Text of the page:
• Looks like existing VNX customers would have to do a forklift upgrade to leverage the new VNX2 software.  There's not a migration path that EMC discussed.  Ouch!
  • The core strength of HP 3PAR is it's ability to deal with performance in mixed and multi-tenant workloads. And most virtualized environments bring with it a mixed workload demand.  Despite all the high performance claims by EMC, I'm confident it won't do what HP 3PAR can in these environments. Calling it an array built for virtualization is a stretch. You can bet a lot of money that we won't see any SPC benchmarks from EMC.
  • Word is that the VNX2 software has millions of lines of new code.  EMC isn't known as the most innovative technology but always had customer tested products.  This isn't. And while I'm sure they have made some advances, it's still a legacy dual controller array.  Many of the updates that have been made are things that HP 3PAR has done since Day 1.

Bottom line for me is that every EMC VNX customer that is considering VNX2 should be at least kicking the tires with us and giving HP 3PAR a serious look.   I did a number of recent ChalkTalks that highlight the advantages of the HP 3PAR architecture that I think is great place to start.  Check them out!

 

 

 

 

Here's one more that focuses on the cache innovations specific to the all-flash HP 3PAR StoreServ 7450.

Labels: 3PAR| EMC| StoreServ
Comments
JohnMartinIT(anon) | ‎09-06-2013 03:52 AM

-Disclosure NetApp Employee-

 

Nice post Calvin,  classy effort, it's hard to write about a competitors launch without being too partisan and I've been wondering myself if I should weigh in on my own blog  (I've decided not to).  As far as ignoring 3PAR's contributions in the all flash performance space, I suspect that EMC's comments were mostly targetted at FAS/ONTAP but even if that was the case they got a lot of that wrong too.

 

I suspect the complexity of thier portfolio, and the nature of their corporate culture makes it hard for them to imagine , or perhaps admit that anything outisde of that portfolio might actually be superior to one or more of their current offerings. To be fair to them, they do a lot of innovative engineering, and they've got some great tech. The work their engineers have done with optimising CPU balancing for traditional flare LUNs is impressive, in the same way the work they did with their X-Blades in the VNX1 line was also impressive. I'm almost as impressed by that as I am with the work HP has done with 3PAR since they purchased that product line, and the engineer in my really hopes that theres more good stuff to come there even while the competetor in me wishes otherwise :-)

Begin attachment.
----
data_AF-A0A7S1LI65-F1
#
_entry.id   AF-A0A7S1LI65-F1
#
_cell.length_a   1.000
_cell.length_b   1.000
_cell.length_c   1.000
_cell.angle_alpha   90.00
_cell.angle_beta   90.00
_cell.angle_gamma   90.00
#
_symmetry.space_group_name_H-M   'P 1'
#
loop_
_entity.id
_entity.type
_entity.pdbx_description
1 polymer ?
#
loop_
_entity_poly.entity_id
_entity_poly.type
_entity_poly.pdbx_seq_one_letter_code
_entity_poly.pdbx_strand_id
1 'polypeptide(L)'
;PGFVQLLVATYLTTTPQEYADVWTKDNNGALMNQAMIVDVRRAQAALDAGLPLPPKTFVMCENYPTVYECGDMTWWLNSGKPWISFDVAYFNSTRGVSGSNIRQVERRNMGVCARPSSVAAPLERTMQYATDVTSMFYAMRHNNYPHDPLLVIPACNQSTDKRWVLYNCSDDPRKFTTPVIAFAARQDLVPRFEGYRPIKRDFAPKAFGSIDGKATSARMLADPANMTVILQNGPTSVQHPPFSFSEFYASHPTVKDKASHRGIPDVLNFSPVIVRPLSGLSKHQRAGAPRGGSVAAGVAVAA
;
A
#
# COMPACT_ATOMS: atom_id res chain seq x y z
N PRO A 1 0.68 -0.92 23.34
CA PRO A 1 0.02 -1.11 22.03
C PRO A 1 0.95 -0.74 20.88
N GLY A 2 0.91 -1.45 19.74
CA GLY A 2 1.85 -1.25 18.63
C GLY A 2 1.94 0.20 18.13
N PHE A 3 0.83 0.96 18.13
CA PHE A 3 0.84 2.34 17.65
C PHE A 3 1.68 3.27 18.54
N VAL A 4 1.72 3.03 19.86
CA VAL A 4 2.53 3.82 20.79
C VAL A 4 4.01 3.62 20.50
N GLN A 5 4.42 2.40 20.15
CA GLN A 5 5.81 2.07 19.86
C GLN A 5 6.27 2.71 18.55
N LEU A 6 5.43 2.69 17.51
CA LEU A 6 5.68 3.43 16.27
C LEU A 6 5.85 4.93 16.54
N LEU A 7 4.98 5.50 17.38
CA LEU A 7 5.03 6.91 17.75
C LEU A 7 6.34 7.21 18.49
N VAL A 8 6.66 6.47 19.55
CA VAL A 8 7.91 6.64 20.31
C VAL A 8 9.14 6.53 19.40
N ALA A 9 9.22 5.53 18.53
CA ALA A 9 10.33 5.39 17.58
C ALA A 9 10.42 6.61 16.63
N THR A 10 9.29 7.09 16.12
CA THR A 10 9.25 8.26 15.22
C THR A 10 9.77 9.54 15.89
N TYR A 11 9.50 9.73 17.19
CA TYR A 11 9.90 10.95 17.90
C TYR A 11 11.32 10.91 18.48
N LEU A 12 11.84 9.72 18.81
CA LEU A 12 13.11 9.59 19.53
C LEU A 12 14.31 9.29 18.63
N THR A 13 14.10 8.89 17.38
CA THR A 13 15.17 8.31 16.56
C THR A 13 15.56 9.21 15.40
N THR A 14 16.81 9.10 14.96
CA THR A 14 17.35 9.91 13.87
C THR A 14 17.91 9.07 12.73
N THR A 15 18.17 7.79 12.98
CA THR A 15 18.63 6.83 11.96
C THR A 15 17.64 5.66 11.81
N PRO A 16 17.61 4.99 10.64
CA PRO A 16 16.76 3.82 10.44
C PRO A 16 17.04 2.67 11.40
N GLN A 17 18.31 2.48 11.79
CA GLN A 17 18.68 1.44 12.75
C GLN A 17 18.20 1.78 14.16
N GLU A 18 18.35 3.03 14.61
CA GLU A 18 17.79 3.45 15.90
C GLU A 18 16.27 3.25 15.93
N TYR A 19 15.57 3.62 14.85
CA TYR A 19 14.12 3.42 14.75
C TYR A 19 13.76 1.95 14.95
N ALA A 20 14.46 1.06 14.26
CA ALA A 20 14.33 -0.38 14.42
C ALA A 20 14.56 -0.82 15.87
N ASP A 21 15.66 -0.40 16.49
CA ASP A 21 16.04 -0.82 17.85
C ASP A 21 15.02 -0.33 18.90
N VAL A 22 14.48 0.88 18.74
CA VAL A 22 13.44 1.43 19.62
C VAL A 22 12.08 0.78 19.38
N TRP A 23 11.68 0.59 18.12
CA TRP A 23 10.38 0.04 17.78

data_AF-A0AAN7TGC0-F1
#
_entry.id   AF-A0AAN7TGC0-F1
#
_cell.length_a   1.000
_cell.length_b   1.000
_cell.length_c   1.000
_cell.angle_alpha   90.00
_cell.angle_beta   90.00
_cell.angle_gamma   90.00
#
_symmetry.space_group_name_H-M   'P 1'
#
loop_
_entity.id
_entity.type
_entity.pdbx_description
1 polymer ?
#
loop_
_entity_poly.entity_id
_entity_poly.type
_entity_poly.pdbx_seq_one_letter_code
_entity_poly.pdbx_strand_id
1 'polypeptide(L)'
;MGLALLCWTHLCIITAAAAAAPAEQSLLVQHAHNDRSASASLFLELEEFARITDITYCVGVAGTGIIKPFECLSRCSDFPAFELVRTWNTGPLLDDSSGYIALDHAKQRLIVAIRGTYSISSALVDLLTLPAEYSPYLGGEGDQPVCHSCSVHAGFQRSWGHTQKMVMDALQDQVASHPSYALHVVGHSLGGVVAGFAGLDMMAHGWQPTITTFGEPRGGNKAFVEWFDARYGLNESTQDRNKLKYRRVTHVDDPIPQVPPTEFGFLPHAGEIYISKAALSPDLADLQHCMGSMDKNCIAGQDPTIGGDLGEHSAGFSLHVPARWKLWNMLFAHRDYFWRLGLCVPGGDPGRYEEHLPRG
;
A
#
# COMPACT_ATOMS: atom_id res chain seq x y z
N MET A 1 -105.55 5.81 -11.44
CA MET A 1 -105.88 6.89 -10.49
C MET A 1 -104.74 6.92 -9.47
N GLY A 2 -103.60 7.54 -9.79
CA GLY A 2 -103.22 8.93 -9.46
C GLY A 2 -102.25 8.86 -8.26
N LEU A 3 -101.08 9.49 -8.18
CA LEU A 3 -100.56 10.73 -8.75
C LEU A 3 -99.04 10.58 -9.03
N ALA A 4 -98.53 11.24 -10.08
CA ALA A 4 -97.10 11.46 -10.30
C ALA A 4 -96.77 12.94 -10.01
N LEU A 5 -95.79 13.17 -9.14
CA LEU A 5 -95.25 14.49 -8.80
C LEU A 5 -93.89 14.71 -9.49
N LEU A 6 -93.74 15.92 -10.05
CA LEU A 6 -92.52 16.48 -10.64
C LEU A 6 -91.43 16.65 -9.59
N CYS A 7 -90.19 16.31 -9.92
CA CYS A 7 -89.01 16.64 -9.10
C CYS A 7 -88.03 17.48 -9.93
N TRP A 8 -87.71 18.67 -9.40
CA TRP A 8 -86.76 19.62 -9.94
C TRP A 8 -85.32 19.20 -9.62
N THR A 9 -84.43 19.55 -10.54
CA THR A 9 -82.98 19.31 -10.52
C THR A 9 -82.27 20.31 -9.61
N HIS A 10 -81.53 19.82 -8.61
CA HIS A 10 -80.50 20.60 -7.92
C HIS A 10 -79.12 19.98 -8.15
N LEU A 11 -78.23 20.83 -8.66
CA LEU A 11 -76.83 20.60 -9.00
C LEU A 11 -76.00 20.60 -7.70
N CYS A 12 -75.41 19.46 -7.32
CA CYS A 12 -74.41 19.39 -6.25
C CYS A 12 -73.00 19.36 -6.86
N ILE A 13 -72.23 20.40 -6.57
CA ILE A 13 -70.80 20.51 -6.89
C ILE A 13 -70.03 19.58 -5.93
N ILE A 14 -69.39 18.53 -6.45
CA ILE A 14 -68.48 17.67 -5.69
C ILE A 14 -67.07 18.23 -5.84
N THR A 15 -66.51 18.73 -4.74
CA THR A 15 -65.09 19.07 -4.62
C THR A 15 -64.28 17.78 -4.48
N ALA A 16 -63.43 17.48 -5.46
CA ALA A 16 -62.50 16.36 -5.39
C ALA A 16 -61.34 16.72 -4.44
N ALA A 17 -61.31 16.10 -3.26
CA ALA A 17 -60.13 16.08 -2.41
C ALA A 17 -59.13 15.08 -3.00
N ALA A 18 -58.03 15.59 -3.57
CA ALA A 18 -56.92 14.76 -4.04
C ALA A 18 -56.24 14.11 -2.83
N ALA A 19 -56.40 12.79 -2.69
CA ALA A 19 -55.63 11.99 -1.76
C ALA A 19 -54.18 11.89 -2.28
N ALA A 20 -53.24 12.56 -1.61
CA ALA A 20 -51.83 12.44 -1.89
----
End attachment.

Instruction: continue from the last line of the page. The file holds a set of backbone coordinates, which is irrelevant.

In the end though, I alsmost wonder why they bothered ... it's interesting from an engineering point of view, but I never really saw them say where the significant customer value was in having a gazillion IOPS in a dual controller box for old-school fixed RAID LUNS . From my point of view it, there's not a lot of point it if  doesnt also address challenges like capacity efficiency, fault reslience, planned downtime, application self service, and multi-tenancy and cloud integration  (just to name a few).


Then again, it could be just me, because even as much as I like to watch an F1 race, even in my teens I never really saw the point in trying to prove my manhood by racing other at the traffic lights, even when I had the much better car, it just seemed kind of pointless. 

 

Regards

John

 

| ‎09-06-2013 06:06 AM

Hey John - I wrestled with this one, a lot.  My original idea was going to be to focus on HP 3PAR with maybe a tiny bit of comparison to VNX2. But I obviously changed my mind along the way. Between this announcement and "breaking records", I think EMC marketing has jumped the shark. 

 

One of the ideas I originally was going to talk about here but I edited it out is that I don't think EMC has gotten where they are via technology leadership.  I've heard more than a few industry analysts flat out say they aren't innovative - they've had great marketing.  And as a long time marketing guy with an engineering background, I agree. I used to be in awe of their marketing machine.  But given what they've been doing lately - at least in their mega-announcement events - I think they're giving marketing a bad name.

 

Always good to hear from you - hope you are well.

Tom Callahan(anon) | ‎10-02-2013 01:19 PM

Good article, although obviously going to be based highly on opinions of the bloggers involved, and less around customer centric use cases. Every customer uses storage differently, tiers slightly differently, and has different and sometimes unique requirements.

 

I would like to point out, that you mention the VNX2 code cannot be pushed into the VNX, which appears to be true. However, in the 3PAR world, the same tends to be true since the feature sets are often defined based on which generation ASIC is in the array. And not just 3PAR, most storage vendors this will hold true, since obviously new generation arrays and features often require newer, faster, etc. hardware to go with them.

 

Thanks,

Tom Callahan

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25+ years experience around HP Storage. The go-to guy for news and views on all things storage..